However, we strongly recommend using email over all other channels, as it is not a dead channel of communication (as some claim). As it gives you the space to construct a proper invitation and is the best way to conduct relationship surveys.
Are you mobile friendly?
No matter what channel you use to send your surveys, make sure your survey can open on mobile devices. Increasingly people are living by their phones, and although computers still dominate, a survey invite is often something a customer might leave for the bus ride home.
How do you interest customers to click the link to your survey? What do you say to them in an email, SMS or post transaction screen?
In your invite, pay careful attention to each word you write and eliminate everything that isn’t necessary. Are you repeating yourself or communicating things that aren’t relevant or interesting to the customer?
Email subject lines
There are psychological triggers to get the attention of customers, such as using emotion or asking respondents a question. Your subject line should be brief, straightforward and friendly.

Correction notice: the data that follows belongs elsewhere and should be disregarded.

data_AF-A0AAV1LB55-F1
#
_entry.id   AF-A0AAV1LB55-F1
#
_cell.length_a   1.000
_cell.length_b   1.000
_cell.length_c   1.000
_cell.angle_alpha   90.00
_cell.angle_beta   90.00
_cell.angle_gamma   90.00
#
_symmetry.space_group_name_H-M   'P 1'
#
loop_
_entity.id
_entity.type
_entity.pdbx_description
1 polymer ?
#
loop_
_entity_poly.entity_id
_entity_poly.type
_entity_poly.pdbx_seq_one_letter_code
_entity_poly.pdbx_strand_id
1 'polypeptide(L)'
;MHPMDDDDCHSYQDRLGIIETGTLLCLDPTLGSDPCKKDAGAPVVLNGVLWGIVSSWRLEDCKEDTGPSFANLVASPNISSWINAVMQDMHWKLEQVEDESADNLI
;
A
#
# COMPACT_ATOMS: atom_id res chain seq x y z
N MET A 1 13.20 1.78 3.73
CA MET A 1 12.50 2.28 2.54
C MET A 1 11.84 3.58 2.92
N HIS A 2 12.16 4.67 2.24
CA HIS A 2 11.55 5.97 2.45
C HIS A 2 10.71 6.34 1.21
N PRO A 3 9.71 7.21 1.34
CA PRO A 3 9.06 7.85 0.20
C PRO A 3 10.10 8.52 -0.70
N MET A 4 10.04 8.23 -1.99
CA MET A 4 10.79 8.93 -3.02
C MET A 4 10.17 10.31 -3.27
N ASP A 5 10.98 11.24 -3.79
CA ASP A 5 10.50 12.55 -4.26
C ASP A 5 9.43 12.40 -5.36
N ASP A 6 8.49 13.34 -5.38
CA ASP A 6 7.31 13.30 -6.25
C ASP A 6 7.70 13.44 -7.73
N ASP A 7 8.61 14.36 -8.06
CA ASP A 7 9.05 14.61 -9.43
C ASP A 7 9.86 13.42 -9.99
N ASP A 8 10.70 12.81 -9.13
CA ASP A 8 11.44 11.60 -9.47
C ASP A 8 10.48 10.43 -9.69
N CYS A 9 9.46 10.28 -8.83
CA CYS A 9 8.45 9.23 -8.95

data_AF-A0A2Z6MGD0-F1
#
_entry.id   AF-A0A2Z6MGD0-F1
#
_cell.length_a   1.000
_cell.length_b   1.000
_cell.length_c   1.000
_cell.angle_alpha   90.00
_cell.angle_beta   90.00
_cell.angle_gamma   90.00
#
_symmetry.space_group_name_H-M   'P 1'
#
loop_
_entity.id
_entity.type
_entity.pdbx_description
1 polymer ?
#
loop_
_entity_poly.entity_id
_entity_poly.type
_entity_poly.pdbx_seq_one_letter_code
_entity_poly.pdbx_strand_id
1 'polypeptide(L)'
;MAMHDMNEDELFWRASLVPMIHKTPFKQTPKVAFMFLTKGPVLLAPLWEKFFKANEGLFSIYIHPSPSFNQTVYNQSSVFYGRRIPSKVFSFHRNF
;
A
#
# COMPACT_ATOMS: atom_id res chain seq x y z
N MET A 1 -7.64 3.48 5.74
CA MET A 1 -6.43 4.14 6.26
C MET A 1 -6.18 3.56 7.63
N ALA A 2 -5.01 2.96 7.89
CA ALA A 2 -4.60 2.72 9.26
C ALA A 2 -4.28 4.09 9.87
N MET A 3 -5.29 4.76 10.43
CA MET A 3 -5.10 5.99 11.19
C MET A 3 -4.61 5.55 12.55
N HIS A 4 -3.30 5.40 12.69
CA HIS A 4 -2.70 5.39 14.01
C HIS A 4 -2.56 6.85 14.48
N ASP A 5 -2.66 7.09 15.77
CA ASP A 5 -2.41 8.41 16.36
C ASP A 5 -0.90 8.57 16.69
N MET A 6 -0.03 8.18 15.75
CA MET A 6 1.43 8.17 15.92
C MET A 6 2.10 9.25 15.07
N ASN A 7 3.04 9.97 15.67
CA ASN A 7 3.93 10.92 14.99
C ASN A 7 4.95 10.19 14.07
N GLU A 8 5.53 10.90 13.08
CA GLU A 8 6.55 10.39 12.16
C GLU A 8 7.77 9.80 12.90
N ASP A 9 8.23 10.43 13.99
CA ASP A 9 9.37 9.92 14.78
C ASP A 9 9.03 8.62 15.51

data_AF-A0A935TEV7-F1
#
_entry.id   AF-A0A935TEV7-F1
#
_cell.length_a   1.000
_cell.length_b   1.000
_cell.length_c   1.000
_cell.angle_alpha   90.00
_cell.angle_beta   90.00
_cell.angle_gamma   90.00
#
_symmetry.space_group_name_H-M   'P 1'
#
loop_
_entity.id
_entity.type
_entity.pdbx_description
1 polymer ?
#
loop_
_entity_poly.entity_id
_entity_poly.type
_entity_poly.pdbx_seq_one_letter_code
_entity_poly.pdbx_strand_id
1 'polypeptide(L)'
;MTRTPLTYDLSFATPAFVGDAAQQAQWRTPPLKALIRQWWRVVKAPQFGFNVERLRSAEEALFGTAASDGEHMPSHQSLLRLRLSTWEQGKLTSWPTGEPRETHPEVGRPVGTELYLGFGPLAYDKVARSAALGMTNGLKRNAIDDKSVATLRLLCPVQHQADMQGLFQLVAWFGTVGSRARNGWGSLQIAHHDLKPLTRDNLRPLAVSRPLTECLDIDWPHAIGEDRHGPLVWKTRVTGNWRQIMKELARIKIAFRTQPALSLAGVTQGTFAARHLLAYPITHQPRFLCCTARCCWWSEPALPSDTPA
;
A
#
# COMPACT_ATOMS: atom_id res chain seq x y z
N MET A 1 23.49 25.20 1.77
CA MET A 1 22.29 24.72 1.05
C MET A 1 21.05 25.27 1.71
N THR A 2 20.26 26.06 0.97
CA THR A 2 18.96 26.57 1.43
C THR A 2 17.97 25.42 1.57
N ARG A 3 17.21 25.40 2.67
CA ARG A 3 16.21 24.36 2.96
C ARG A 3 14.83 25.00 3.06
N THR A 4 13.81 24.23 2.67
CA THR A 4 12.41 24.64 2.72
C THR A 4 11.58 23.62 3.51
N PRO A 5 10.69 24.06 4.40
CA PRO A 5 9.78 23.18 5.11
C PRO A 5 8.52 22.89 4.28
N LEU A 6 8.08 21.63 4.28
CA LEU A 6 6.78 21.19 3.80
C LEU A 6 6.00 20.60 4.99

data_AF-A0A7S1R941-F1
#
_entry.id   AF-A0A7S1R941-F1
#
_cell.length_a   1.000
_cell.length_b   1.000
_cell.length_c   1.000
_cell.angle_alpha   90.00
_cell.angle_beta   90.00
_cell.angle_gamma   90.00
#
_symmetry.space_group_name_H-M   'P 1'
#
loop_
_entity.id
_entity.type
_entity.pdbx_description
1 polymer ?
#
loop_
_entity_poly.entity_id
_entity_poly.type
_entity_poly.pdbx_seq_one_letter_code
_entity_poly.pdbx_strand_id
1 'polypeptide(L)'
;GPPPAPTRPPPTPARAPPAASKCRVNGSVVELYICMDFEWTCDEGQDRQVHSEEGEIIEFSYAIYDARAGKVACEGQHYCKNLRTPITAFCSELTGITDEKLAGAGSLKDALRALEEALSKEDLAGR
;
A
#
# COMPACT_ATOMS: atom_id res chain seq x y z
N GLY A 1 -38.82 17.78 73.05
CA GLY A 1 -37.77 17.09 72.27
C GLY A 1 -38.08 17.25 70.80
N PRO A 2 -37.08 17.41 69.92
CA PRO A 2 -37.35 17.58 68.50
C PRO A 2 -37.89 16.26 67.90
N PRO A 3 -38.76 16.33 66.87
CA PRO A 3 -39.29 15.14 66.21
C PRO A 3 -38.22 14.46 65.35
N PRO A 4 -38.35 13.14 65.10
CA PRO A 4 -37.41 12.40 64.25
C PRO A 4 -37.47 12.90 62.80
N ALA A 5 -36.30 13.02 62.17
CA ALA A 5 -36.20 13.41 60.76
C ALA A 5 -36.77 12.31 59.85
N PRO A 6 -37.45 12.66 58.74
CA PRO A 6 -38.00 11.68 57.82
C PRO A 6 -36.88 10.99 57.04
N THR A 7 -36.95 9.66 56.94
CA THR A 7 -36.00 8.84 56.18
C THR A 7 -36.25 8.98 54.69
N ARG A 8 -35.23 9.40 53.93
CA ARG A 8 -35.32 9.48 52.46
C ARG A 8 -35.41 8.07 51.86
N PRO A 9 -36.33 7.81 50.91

To learn more about this read our article “6 email subject lines strategies to increase your survey feedback.”
An effective invite
Whatever channel you use to invite customers, there will always be a body of text. To create an invite that gets the highest possible click-rates, follow these rules:
1 – Personalize the text with their name and maybe relevant transaction information. If you are sending the invite by email, there is no excuse for not doing this. For other channels, this can be tricky, but you should always try.
2 – Get straight to it and tell them what the email is about, why are you emailing them? Begin with something like:
“At CustomerGauge, we are constantly trying to improve our service and would like to hear your feedback on how we performed.”
3 – You know that one of the strengths of NPS is how quick the surveys are. Make sure the customer knows this too.
“The survey is short and will only take 2 minutes to complete.”
4 – Customers often think: “why respond, my issue will just end up as data on a spreadsheet rather than being fixed.” Convince them that this is not the case and let them know that you analyze feedback at an individual level.
“We promise to read every customer comment!”
5 – A well-designed button for a survey link isn’t as good an idea as you may think. If recipients’ email servers block images for security reasons or customers simply choose not to download images, then your button and survey link will be lost.
It is more important that the link to your survey is viewable by all. Use a nice hyperlinked phrase or set of words, and whatever format you use, make sure it is easy to find. Customers shouldn’t have to scroll down to find it.